August 1972

Clinical Features of Patients With the "Partial" Deficiency of the X-Linked Uricaciduria Enzyme

Author Affiliations


From the Department of Medicine, University of Washington School of Medicine, Seattle.

Arch Intern Med. 1972;130(2):193-198. doi:10.1001/archinte.1972.03650020023005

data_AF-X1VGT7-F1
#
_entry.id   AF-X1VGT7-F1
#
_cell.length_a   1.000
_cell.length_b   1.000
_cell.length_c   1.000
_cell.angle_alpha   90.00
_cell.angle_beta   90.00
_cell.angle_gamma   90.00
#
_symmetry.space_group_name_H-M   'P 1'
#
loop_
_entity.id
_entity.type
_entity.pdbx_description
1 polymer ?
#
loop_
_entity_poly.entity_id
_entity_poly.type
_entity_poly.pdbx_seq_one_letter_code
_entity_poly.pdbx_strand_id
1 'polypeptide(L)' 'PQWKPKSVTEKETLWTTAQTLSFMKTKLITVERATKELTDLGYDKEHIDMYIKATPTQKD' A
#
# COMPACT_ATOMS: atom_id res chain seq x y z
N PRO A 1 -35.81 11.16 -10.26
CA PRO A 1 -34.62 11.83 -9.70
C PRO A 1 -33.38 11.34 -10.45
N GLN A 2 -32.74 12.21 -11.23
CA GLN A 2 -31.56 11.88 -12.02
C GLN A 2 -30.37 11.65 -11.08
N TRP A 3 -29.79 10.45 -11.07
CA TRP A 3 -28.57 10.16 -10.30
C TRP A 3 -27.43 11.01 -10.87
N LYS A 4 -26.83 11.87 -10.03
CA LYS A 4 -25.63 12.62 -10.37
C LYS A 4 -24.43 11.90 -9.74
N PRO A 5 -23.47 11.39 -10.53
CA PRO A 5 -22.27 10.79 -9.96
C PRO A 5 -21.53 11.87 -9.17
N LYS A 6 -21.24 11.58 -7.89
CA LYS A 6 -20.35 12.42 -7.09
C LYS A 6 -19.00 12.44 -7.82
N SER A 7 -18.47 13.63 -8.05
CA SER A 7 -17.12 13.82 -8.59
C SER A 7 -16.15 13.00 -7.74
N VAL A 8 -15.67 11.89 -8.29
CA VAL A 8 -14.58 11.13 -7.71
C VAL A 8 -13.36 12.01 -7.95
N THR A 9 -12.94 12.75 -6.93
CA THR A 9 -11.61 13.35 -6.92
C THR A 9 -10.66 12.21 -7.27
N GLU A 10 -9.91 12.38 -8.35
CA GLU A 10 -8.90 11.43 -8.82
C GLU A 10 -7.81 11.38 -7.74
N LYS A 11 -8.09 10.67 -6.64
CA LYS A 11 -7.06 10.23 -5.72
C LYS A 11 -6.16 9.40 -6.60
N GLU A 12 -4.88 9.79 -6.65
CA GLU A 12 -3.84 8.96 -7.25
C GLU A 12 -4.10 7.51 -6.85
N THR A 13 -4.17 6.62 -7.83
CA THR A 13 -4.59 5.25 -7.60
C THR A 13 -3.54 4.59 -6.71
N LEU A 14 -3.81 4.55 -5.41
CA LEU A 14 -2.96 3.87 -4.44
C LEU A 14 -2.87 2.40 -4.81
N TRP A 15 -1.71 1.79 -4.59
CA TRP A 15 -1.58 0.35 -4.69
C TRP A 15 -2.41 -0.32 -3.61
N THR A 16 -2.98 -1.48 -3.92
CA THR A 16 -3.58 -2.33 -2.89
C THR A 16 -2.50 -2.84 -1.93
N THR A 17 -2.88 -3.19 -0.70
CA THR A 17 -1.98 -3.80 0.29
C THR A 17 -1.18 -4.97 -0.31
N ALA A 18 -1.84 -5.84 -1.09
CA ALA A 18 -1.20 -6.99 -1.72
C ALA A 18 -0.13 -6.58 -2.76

Patients with gout associated with "partial" deficiency of hypoxanthine-guanine phosphoribosyltransferase have clinically distinctive findings. Since the disorder is inherited as an X-linked recessive trait, all 21 patients herein reviewed are males. Gouty arthritis is severe and frequently begins before 20 years of age. Renal complications are frequent and may be life-threatening; the syndrome may present as renal failure in infancy. One third of the patients have neurologic abnormalities, ranging from epilepsy to spasticity and incoordination. Because of marked overproduction of uric acid, most patients have serum uric acid concentrations over 10 mg/100 ml; urinary uric acid level is also markedly increased. The enzyme deficiency can be detected by assay of red blood cell hemolysates or other tissues. Allopurinol with high fluid intake is recommended for long-term therapy.